Food stores were the winners at Christmas as grocery spend increased, but the state of the Scottish high street is still grim – with sales well down compared to pre-pandemic levels.
Total food sales in December climbed by almost five percent as Scots showed their determination to enjoy the winter break.
Yet research from the Scottish Retail Consortium revealed retail overall continued to perform well below pre-pandemic levels, with sales down 13% compared to December 2019.
David Lonsdale, director of the consortium, said last month was a mixed bag for traders, on the one hand beating 2020’s “dismal figures” but, on the other, falling significantly short compared to the year before.
“Grocery was a bright spot, as were purchases of Christmas decorations, as get-togethers of family and friends over the festive period returned and as Scots ate out less following fresh public health instructions,” he said.
“Christmas-related gifting did well, especially beauty and fragrances, sales of smaller electrical goods, and leisurewear. The cancellation of Christmas parties and social activities snuffed out the nascent growth in more formalwear seen in the early part of the month.”
Paul Martin, UK head of retail at KPMG, said that, despite the rise compared to 2020, the coronavirus surge and the following restrictions imposed by the Scottish Government will have slowed spending during the final few weeks.
“While December’s figures are still behind pre-pandemic levels, they do show a marked improvement on the previous year,” said Martin.
“Food sales in particular were the stand-out performer during the festive period, with sales growing 1.2% compared to December 2020 and 4.5% compared to the same month in 2019.”
The figures from the retail consortium showed that total non-food sales increased by 27.7% in December, compared to 2020 when they had slumped by 33.4%.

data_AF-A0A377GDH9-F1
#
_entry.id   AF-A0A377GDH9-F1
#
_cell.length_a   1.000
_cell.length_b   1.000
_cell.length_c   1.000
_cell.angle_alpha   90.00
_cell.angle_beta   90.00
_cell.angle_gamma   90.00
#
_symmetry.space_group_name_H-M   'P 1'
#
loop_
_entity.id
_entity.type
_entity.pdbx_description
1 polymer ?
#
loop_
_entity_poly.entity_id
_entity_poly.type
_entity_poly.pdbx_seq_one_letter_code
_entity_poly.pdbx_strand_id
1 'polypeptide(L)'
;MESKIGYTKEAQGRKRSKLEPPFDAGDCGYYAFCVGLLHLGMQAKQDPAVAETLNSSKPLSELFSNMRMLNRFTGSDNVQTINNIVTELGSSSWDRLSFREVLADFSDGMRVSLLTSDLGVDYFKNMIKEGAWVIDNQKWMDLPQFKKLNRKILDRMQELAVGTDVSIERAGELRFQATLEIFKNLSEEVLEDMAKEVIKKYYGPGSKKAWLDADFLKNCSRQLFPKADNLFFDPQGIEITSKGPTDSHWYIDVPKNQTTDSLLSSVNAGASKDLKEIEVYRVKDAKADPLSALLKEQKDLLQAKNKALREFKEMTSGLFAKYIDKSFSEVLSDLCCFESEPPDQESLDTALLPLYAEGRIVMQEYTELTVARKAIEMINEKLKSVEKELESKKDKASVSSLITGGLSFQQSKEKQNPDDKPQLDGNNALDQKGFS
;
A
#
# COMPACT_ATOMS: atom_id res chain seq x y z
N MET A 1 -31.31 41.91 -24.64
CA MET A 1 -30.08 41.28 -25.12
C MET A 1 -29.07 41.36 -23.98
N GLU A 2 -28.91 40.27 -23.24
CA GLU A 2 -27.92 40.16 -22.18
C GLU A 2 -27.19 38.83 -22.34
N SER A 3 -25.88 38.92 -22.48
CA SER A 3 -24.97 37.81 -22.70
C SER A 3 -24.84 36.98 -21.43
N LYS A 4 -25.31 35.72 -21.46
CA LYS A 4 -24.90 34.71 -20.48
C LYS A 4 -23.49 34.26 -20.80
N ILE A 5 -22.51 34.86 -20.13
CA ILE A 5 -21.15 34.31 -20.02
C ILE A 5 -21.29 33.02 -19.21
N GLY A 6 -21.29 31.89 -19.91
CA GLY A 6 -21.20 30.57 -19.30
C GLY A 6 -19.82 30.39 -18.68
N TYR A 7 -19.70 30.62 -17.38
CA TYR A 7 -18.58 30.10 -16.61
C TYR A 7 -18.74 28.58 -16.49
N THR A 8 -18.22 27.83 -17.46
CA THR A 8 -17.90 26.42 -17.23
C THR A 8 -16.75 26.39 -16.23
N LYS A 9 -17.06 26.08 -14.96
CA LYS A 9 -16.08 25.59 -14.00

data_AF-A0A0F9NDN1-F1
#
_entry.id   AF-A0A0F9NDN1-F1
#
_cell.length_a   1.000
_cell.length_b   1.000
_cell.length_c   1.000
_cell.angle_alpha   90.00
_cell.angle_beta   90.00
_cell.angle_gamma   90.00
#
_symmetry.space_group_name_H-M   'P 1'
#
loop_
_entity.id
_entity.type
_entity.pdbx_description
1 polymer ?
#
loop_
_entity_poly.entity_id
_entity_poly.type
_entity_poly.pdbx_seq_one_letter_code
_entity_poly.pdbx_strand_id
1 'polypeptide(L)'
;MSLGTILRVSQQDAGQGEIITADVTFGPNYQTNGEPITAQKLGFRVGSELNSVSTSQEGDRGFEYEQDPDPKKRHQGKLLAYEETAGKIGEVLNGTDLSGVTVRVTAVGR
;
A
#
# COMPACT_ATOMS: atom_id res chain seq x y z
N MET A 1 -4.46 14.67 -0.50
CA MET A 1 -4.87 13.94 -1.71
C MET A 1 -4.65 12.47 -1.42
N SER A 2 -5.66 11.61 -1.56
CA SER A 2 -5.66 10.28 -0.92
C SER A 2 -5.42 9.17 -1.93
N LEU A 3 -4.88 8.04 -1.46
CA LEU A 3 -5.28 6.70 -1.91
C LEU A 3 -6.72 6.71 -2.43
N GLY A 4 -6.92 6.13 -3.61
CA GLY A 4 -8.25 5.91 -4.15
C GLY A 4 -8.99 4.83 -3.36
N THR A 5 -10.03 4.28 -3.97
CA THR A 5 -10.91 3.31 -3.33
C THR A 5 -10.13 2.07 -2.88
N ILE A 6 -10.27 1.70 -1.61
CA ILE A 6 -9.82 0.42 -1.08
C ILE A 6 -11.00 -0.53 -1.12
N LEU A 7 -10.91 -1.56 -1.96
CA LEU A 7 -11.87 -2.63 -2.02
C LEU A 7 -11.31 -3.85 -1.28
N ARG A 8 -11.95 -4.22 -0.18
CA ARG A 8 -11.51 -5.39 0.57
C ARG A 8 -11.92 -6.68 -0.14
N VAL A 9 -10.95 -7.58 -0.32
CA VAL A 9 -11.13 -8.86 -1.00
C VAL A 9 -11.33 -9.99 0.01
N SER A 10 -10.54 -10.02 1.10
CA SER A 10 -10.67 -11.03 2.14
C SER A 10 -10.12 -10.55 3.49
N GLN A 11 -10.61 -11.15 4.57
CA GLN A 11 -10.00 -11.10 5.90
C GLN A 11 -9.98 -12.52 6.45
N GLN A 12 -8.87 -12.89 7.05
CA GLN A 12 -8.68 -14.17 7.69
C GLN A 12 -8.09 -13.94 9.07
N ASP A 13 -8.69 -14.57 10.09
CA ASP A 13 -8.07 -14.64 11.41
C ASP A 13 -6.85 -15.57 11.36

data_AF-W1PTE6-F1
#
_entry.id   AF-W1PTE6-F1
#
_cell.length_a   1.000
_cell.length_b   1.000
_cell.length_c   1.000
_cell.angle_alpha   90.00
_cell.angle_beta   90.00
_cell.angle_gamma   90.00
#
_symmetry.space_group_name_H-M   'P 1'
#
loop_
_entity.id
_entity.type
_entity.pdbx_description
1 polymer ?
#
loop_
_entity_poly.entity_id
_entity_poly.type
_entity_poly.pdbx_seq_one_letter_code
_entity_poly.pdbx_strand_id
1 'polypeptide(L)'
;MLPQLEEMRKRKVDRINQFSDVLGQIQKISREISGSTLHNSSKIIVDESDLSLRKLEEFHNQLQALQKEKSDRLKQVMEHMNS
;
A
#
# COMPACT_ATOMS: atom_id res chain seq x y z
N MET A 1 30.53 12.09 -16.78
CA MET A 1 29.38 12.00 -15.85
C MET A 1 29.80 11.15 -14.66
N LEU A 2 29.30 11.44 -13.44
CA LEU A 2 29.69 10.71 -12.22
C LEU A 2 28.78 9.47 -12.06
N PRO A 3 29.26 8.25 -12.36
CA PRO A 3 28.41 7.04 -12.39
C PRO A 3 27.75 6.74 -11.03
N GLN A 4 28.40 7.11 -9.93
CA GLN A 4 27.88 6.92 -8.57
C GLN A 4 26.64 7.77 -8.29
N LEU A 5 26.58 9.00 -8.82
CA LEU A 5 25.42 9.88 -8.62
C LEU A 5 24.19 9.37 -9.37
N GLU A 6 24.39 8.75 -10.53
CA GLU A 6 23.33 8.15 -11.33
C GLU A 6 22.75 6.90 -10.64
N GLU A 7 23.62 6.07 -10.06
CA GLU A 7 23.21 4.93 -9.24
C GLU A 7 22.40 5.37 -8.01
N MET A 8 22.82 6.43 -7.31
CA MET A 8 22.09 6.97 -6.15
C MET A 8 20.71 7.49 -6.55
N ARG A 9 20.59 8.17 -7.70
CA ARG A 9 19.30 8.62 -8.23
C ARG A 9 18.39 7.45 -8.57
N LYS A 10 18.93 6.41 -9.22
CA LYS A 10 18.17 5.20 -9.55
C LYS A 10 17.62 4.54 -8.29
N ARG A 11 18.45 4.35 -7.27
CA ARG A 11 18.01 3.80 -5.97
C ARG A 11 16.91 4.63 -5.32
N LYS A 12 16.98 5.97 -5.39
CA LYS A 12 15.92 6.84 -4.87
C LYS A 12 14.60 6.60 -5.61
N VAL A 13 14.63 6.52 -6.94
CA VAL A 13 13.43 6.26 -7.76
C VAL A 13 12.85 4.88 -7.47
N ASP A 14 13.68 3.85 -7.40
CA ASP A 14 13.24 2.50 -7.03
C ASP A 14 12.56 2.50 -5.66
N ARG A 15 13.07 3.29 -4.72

But, despite the festive surge, total non-food sales declined by 27.7% compared to the Christmas before.
Total sales in Scotland increased by 15.6% compared with December 2020, when they had fallen by 16.6%, but on a two-year basis sales were down 13%.
Lonsdale said Government advice for people to work from home and minimise socialising had a “chilling effect on retail sales”.
“The recovery of sorts in Scottish retail sales has been stymied for several months now and remains more sluggish and persistently weaker than across the UK as a whole,” he said.
“Last month’s trading rounded off a tough final quarter of the year for the industry in Scotland, which is concerning.
“It reinforces the urgent need for a retail recovery plan from Government; more certainty over the future easing of Covid restrictions, including the rescinding of the work from home order; grants for shops as Wales is offering; and a short-term shopper stimulus plan.”
A Scottish Government spokesman said: “We are all too aware of the impact the Covid pandemic has had – and continues to have – on retailers and on the economy.
“Since the start of the pandemic, businesses including retailers have benefited from more than £4.4bn in support from the Scottish Government and our non-domestic rates reliefs have saved businesses, including in the retail sector, around £1.6bn since April 1 2020.
“Through the combined impact of the upcoming retail strategy, City Centre Recovery Taskforce and the £10m Scotland Loves Local programme, we are helping our town and city centres and local communities recover.”